The film begins in the present and then flashes back to 1989 to detail the history of Rinpoche (the name most often used) and Yeshi. The father of Dzogchen teaching master Rinpoche moved his family from Tibet to Italy in 1959, prompted by the Chinese occupation of Eastern Tibet. In Italy, Rinpoche married Italian Catholic Rosa and gradually became recognized internationally as a Tibetan scholar, employed by the University of Naples. As the documentary picks up the story 13 years later, again six years after that and then in the present, Fox focuses on Rinpoche speaking formally with groups and offering individual advice, but she also includes informative, candid footage—Rosa cooking, family dinners, watching television, enjoying swimming in the ocean, and, in the father's later years, dealing with medical issues.
Throughout the film, Fox juxtaposes Yeshi's voiceover commentary with Rinpoche's and representative scenes from Yeshi's life, strikingly different from Rinpoche's world. Born and raised in Italy, Yeshi explains that he and his father have more a master-son relationship than the father-son rapport that he clearly longs for. In footage from the earlier years, Yeshi expresses his skepticism of his supposed reincarnation of his uncle Khyentse, a Tibetan spiritual leader. Yeshi admits that he doesn't want and, in fact, fears the responsibility that comes with such a position. When he asks his father for help interpreting his dreams, the father remains silent or offers only platitudes.
In his twenties, Yeshi is happy to obtain a good job with IBM. He travels often to Mexico, New York, Moscow, etc.; but as the years go by, his life revolves increasingly around his father in unexpected ways. The heart of the film is the evolution of the Rinpoche and Yeshi's connection to each other and to their pasts. A visit by the Dalai Lama makes a strong impression on Yeshi whose nonverbal reactions speak volumes.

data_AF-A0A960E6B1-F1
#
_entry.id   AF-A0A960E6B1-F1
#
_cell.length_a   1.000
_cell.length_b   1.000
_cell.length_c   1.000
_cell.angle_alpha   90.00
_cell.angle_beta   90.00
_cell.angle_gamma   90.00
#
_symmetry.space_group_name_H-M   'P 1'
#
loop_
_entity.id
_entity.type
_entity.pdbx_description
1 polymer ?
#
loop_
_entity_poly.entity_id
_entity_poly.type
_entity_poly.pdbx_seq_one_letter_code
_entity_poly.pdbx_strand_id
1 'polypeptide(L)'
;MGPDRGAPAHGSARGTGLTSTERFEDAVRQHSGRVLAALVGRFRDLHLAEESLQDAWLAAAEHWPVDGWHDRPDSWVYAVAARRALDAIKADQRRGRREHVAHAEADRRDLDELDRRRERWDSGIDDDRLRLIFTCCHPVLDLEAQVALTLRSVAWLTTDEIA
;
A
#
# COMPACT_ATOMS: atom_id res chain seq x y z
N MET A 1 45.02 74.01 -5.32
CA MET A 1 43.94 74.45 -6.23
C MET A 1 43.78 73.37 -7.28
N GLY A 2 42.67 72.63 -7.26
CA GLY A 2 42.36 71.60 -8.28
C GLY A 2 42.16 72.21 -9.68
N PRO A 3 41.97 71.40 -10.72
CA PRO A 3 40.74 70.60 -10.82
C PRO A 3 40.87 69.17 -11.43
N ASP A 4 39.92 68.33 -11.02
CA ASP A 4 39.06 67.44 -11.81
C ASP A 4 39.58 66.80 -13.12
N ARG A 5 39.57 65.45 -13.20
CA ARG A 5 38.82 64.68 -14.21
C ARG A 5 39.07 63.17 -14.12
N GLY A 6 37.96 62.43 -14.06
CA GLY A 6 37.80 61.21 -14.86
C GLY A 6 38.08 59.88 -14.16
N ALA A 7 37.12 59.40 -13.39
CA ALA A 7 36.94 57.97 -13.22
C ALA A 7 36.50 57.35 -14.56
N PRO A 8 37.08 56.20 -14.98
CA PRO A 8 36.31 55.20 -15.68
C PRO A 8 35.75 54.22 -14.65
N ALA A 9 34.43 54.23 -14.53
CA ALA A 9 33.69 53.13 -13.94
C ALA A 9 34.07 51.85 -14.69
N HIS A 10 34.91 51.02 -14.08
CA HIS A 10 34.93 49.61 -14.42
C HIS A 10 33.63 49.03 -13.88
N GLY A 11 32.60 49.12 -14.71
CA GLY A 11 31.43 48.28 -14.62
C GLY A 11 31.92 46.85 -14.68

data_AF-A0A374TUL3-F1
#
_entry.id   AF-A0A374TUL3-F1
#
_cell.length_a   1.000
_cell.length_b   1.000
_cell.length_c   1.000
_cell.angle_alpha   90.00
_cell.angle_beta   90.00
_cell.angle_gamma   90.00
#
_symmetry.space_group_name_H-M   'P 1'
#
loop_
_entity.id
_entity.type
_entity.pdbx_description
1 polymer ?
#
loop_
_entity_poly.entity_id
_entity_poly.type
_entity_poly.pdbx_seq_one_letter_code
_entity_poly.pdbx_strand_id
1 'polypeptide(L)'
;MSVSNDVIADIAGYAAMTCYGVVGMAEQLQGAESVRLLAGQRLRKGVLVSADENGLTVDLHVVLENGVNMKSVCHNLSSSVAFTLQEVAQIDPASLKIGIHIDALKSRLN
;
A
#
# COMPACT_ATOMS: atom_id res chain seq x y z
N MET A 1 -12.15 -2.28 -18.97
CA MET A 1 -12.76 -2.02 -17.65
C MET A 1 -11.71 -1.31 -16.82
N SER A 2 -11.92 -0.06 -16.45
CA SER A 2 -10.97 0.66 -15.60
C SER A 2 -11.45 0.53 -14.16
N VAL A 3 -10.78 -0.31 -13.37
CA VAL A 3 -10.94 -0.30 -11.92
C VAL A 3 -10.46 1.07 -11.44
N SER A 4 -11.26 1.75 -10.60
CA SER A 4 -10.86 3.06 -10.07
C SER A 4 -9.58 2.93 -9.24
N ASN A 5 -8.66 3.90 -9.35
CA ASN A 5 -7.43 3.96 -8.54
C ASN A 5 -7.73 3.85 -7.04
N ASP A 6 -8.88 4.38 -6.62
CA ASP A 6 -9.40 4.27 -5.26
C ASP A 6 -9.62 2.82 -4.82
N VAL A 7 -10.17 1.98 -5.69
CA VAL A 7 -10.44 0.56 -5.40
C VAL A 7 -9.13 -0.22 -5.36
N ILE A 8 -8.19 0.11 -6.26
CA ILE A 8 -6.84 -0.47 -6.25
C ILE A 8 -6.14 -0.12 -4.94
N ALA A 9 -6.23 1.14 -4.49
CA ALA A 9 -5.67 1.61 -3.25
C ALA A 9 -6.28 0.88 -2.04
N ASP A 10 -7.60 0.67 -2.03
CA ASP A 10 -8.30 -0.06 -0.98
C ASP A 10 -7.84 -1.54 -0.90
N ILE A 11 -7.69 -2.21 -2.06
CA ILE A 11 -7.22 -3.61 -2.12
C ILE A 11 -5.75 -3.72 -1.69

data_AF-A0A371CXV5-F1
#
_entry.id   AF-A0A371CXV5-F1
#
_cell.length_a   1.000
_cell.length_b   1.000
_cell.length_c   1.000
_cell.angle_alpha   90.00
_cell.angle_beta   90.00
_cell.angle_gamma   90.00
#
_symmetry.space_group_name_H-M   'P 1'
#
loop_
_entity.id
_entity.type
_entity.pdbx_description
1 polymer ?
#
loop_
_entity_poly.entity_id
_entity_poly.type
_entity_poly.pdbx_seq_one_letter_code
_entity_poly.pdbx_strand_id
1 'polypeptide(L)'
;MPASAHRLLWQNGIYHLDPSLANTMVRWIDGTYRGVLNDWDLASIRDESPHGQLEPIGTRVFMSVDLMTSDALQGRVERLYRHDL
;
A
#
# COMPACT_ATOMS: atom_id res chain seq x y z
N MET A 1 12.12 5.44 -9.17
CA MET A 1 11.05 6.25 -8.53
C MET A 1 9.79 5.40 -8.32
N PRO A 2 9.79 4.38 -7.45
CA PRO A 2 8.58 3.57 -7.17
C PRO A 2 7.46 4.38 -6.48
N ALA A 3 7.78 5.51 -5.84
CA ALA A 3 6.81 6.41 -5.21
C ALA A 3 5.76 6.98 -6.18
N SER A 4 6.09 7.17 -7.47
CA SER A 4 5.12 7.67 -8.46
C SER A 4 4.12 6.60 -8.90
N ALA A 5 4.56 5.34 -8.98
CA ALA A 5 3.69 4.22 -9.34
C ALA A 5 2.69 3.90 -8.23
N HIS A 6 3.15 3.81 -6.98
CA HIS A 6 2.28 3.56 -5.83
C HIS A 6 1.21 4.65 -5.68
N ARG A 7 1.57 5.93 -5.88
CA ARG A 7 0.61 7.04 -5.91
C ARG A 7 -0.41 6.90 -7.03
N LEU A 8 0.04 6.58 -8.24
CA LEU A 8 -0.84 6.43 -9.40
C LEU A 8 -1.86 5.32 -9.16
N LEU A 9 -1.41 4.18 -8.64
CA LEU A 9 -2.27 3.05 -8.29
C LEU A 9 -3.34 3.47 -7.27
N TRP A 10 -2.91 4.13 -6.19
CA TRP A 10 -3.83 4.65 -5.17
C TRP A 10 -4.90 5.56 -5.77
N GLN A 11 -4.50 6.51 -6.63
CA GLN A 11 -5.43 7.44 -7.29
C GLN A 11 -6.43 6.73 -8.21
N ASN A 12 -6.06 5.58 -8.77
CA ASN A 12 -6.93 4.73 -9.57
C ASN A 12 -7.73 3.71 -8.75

In many ways, the division between Rinpoche and Yeshi epitomizes the generational divide between more traditional values of parents and the dramatically different lifestyles and attitudes of the younger generation. But, given the position Rinpoche holds, his and Yeshi's differences take on added import. Ironically, we hear Rinpoche giving advice to devotees while Yeshi searches for guidance and receives much less than he desires. Perhaps surprisingly, the counsel Rinpoche offers followers amounts to no more than common sense, but we also recognize how helpful that can often be.
Technically, most shots are merely serviceable, though a few beautiful compositions do enliven the documentary's subdued, understated approach. In 100 minutes, as the father's and the son's lives converge, Fox conveys a sweeping, global story about important decisions we all can relate to. The St. Louis premiere of My Reincarnation is in English, Spanish, Italian and Tibetan with English subtitles. It's showing at Webster University's Winifred Moore auditorium at 7:30 p.m. on Friday, February 10th through Sunday, February 12. For more information, you may call 314-968-7487 or you may go Webster.edu/film series.